The latest economic reports from Deloitte and CommSec are out and, no doubt to the disappointment of their respective media officers, are both covered in the same Courier-Mail report this morning by John McCarthy:
QUEENSLAND appears to be stuck near the bottom rung of the economic performance of states, but reports released at the weekend claim the “storm clouds continue to clear’’ for the Sunshine State.
A Deloitte Access Economics report said Queensland had returned to its status as a preferred destination for Australians on the move.
I agree the “storm clouds continue to clear”, as I have been noting on this blog for over a year now, including in my recent posts Qld’s economic outlook for 2018 and Surge in Qld youth employment over 2017. And Deloitte is correct that Queensland has returned to the lead over other states and territories in net interstate migration, but the lead over second-placed Victoria is very small, only around 240 people in 2016-17 (see chart below). Furthermore, net interstate migration remains well below historical highs.
Apparently, Deloitte is forecasting Queensland economic growth of 3.5% p.a. and higher for the next four years, which is significantly higher than Queensland Treasury’s forecasts of 2.75% in 2017-18 and 3% in 2018-19. Of course, the reliability of precise forecasts several years out is very low. So it is courageous for Treasurer Trad to predict Queensland will lead the other states in economic growth “in each of the next four years”, as reported by the Courier-Mail.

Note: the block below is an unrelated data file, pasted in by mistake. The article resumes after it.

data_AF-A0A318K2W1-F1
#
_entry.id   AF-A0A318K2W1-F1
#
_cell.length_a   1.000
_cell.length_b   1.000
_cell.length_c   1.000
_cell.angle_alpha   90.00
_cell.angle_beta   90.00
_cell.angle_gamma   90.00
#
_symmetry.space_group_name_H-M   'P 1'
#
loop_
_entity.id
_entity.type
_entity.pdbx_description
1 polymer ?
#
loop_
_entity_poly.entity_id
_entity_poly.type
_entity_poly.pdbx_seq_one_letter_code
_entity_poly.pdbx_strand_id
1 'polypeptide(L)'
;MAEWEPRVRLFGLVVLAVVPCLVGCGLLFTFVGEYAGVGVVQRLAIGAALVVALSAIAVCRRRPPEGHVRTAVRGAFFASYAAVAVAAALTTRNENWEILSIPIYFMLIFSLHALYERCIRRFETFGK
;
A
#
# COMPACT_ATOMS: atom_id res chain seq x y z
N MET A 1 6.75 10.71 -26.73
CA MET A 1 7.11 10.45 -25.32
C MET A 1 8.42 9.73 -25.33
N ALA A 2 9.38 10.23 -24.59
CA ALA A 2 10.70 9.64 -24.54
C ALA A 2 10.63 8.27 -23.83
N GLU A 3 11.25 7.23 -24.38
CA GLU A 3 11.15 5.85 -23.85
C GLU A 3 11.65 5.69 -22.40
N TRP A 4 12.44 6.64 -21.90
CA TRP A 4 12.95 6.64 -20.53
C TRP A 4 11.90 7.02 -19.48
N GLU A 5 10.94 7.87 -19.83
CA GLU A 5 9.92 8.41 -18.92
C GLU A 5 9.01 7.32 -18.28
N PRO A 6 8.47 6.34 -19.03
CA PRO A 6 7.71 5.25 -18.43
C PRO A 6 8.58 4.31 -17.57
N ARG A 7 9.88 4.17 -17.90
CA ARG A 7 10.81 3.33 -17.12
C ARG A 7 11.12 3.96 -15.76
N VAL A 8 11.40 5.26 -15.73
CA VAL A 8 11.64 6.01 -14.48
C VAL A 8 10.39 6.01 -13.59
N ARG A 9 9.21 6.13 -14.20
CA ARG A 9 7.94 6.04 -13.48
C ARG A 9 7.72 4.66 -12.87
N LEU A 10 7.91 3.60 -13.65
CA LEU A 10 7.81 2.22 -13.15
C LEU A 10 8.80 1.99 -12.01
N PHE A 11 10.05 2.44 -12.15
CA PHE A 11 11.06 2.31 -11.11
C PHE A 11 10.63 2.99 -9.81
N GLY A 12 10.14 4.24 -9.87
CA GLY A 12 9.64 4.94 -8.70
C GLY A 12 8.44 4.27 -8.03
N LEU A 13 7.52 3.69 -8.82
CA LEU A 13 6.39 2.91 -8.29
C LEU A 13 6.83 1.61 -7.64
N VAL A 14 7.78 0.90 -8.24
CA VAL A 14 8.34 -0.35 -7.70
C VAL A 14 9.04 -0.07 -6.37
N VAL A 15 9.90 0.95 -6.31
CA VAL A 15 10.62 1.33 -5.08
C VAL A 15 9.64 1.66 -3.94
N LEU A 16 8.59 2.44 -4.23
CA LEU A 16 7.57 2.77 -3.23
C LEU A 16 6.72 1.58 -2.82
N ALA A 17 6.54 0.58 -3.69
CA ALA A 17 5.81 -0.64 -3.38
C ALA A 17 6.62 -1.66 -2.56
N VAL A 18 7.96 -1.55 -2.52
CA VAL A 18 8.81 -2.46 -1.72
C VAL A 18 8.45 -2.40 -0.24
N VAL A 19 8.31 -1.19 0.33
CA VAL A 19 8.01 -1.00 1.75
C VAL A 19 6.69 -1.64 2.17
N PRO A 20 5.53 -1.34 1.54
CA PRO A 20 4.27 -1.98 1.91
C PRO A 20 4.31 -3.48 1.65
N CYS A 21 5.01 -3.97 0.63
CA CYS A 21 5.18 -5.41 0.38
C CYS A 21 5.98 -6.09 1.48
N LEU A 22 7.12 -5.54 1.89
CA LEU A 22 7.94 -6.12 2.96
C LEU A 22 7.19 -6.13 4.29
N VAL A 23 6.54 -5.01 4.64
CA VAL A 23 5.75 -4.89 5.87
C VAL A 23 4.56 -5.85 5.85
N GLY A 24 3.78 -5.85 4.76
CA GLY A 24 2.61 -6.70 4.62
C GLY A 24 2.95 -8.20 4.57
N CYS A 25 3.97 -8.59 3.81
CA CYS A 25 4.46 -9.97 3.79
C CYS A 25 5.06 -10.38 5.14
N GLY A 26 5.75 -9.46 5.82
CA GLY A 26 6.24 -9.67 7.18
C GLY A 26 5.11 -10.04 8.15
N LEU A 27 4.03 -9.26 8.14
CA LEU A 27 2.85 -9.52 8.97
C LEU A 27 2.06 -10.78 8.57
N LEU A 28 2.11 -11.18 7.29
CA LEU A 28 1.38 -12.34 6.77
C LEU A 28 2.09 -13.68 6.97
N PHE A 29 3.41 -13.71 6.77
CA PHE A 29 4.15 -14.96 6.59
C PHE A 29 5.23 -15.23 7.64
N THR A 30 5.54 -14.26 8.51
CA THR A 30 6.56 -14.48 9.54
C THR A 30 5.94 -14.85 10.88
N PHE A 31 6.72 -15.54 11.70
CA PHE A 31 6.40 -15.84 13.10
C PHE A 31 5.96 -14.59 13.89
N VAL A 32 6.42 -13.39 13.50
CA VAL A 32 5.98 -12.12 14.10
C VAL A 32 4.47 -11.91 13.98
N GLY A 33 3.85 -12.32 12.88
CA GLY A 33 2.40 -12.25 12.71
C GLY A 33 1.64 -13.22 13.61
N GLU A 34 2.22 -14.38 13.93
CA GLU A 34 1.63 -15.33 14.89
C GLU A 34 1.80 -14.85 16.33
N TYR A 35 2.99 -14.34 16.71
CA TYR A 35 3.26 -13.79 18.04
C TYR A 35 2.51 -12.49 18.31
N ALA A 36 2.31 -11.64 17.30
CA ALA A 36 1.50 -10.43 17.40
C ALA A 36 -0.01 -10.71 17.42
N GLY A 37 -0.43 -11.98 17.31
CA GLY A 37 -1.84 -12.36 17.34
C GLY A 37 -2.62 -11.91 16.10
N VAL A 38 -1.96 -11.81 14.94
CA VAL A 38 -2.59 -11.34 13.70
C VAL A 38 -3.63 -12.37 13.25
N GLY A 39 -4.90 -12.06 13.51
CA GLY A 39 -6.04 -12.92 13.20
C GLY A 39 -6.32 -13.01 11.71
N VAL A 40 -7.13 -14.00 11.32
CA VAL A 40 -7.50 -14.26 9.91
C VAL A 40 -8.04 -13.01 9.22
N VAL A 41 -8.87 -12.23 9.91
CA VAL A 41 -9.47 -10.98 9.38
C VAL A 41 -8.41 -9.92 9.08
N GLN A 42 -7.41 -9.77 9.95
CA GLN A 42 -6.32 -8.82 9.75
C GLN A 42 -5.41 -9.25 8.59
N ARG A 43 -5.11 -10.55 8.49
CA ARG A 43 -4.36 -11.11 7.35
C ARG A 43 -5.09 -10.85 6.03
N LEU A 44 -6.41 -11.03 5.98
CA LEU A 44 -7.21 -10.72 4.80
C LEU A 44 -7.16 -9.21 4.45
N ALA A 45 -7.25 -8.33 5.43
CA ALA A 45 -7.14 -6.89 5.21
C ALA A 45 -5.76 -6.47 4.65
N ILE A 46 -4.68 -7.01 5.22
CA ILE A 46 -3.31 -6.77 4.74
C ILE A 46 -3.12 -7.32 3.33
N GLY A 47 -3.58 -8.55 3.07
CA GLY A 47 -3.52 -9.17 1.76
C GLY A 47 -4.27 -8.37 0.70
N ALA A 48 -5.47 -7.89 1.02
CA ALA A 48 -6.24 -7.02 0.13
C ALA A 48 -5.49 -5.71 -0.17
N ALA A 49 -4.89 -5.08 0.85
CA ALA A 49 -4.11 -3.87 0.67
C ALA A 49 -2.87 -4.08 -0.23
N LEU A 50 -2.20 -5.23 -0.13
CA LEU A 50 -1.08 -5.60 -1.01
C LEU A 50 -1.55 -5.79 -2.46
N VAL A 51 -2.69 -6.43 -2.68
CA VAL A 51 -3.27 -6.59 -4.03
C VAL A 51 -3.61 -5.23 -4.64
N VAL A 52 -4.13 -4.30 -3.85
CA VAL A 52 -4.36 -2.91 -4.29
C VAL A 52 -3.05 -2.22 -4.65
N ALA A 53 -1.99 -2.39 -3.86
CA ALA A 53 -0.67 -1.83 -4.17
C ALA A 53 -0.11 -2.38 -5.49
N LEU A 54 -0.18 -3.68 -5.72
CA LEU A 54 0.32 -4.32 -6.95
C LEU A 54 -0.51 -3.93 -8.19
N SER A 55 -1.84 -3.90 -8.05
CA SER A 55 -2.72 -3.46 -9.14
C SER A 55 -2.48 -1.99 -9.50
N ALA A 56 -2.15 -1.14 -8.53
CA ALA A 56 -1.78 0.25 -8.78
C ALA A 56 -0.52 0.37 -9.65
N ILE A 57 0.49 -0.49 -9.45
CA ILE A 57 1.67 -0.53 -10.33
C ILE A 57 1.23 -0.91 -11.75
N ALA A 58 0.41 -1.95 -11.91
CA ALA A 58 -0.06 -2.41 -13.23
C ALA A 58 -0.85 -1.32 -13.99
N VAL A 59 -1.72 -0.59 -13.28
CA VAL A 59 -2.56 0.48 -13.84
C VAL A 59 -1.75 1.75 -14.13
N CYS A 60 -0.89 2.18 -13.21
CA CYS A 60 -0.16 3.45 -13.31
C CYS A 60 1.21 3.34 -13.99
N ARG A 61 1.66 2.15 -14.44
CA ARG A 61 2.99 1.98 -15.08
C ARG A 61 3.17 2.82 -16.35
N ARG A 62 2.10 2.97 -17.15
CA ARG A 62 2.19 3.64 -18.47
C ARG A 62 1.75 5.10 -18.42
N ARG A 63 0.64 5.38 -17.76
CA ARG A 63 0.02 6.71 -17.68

Consider that, in December 2015, Deloitte was forecasting Queensland economic growth in 2016-17 of around 3.75%, with Queensland expected to grow faster than all the other states and territories except for WA and NT (see p. 6 of Deloitte’s Business Outlook from December 2015). But, according to the ABS State Accounts, Queensland ended up with the third lowest rate of economic growth in 2016-17 (1.8%) and WA ended up contracting 2.7%! For 2015-16, Deloitte forecast that Queensland would have the highest economic growth rate in Australia, but we ended up in only fourth place. Alas, economies are inherently difficult to forecast and, in my view, the utility of forecasts beyond the next six to twelve months is extremely low.